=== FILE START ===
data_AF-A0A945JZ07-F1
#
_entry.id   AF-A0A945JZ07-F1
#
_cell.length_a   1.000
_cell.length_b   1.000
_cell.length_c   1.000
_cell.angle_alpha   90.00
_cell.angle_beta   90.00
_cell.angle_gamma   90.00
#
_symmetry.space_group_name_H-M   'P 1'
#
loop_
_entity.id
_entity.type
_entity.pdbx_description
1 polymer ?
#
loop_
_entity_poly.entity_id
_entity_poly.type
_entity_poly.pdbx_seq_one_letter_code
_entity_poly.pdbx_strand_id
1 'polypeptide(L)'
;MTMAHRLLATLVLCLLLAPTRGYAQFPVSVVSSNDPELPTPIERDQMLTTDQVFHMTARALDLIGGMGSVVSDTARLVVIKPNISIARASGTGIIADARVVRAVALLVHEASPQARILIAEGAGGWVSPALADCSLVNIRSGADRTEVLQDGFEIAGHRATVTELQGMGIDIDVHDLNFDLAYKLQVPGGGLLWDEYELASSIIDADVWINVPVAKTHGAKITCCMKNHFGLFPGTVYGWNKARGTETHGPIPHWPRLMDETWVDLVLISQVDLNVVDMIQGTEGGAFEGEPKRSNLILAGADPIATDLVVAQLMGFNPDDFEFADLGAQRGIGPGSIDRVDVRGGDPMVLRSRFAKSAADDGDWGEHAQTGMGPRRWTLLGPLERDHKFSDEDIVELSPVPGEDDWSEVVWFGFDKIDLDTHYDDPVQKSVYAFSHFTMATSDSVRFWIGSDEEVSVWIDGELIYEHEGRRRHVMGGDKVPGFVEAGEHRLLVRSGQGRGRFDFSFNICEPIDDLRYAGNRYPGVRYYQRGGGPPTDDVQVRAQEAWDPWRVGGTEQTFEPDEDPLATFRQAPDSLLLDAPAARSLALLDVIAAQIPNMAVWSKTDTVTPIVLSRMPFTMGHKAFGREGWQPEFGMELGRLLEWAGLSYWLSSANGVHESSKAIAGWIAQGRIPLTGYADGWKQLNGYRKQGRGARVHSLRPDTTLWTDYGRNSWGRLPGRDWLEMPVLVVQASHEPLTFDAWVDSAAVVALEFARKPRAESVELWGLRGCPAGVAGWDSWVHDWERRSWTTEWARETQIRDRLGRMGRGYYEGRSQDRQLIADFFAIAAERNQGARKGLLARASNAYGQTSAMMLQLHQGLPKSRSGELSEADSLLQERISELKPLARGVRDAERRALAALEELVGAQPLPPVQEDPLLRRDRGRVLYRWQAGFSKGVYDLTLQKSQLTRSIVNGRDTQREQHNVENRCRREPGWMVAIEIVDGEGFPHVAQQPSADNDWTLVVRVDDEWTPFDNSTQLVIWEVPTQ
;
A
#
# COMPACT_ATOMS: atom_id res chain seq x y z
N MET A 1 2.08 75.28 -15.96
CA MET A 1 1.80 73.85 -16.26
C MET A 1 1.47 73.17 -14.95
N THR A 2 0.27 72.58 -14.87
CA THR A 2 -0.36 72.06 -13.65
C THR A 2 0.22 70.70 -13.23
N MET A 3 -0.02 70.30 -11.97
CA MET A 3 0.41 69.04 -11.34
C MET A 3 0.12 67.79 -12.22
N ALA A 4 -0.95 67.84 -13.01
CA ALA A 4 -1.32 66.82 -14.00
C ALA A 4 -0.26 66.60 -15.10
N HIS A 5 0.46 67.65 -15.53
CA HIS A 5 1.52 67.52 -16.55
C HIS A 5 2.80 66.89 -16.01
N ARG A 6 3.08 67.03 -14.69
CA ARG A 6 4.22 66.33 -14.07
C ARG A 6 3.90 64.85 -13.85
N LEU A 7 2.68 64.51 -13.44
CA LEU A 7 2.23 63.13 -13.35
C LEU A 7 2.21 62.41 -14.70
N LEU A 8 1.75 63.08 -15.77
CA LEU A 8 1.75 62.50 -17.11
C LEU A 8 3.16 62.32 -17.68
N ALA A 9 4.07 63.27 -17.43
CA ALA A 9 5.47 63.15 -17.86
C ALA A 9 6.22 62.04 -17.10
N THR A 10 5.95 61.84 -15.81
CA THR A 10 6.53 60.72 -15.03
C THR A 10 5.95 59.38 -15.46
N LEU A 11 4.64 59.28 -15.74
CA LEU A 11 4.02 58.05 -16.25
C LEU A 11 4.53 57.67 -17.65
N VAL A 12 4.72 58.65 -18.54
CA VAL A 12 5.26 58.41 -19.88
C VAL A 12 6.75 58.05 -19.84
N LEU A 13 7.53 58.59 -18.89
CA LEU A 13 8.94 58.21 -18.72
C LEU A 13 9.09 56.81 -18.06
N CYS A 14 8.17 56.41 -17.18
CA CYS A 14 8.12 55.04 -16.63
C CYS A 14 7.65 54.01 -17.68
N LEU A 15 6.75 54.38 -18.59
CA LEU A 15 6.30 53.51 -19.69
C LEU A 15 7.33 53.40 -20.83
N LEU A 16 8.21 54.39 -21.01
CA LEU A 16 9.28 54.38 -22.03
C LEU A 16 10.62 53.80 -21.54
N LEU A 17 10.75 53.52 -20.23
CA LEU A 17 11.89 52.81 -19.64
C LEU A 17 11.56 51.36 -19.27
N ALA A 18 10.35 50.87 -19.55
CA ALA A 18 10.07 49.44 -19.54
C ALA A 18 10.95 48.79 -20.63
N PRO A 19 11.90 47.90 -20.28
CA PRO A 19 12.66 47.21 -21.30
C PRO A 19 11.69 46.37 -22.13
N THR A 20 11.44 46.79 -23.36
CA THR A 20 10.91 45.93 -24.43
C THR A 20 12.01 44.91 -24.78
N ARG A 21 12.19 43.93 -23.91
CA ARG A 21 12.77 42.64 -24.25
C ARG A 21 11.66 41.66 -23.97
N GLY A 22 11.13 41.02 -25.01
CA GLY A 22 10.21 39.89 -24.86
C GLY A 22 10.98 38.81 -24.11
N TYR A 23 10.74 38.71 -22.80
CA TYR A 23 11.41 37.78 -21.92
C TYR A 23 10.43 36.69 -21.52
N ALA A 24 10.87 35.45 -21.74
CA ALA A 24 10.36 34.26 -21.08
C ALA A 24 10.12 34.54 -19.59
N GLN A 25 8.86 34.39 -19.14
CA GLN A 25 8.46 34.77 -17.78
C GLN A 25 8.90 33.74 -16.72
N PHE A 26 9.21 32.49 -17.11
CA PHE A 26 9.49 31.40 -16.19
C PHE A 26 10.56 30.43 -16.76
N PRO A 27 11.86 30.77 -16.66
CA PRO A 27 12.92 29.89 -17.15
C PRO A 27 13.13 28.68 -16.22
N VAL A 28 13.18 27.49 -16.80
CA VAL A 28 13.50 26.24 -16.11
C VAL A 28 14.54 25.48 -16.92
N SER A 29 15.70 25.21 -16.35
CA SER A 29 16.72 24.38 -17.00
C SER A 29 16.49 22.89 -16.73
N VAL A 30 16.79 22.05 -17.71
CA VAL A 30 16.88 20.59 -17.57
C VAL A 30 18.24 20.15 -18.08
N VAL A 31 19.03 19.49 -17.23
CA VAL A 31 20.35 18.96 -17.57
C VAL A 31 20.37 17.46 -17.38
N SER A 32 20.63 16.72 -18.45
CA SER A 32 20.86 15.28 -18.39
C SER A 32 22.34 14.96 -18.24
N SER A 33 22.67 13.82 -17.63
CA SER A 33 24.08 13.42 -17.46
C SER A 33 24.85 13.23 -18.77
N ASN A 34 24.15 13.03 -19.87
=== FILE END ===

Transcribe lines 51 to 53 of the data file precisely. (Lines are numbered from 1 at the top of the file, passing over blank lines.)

C LEU A 7 2.21 62.41 -14.70
N LEU A 8 1.75 63.08 -15.77
CA LEU A 8 1.75 62.50 -17.11